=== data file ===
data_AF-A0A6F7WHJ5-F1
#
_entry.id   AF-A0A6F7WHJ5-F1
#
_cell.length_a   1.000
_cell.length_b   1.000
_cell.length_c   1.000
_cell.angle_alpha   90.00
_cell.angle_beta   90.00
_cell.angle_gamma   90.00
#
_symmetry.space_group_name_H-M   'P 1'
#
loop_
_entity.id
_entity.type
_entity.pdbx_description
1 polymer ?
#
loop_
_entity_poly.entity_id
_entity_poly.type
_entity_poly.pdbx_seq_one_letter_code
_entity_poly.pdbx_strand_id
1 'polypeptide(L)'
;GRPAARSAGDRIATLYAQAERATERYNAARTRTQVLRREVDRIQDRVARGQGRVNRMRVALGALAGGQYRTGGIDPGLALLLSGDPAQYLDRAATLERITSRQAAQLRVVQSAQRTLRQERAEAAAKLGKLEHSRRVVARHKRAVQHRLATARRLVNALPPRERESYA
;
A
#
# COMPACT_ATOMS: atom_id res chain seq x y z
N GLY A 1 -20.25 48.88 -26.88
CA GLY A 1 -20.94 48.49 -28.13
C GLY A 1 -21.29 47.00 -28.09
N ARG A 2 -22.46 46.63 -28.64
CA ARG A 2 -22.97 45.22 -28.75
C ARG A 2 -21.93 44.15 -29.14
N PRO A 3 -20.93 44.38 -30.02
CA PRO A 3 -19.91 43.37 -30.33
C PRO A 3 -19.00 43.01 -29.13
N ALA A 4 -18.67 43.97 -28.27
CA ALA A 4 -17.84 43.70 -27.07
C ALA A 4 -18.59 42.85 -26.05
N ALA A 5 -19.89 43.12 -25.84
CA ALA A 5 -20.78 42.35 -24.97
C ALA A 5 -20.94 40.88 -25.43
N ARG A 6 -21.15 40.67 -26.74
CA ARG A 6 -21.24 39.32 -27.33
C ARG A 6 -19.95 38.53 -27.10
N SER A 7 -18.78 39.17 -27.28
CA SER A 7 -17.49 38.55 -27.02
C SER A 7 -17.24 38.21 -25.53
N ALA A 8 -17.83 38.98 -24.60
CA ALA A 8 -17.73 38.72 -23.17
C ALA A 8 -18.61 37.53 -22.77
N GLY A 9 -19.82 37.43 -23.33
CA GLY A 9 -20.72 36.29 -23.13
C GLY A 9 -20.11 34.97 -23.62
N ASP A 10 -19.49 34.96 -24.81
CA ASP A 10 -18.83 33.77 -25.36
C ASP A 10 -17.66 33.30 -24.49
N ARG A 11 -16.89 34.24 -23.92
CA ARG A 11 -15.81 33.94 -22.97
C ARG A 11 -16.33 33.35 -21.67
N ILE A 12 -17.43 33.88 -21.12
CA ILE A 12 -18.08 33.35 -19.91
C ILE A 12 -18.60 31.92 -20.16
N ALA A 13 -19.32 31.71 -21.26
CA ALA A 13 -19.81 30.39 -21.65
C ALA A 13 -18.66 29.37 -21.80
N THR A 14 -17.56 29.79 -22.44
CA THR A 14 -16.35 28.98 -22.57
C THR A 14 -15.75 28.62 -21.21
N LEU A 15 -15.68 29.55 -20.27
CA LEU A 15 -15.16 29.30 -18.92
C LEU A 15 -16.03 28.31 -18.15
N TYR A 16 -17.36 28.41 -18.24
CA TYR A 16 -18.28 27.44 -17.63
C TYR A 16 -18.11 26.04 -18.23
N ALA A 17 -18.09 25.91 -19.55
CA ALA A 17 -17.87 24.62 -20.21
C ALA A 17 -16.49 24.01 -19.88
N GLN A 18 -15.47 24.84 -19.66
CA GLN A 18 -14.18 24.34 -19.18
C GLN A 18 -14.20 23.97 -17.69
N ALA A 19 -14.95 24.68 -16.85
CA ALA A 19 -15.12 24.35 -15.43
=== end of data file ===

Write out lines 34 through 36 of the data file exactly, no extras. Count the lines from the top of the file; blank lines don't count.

N ARG A 2 -22.46 46.63 -28.64
CA ARG A 2 -22.97 45.22 -28.75
C ARG A 2 -21.93 44.15 -29.14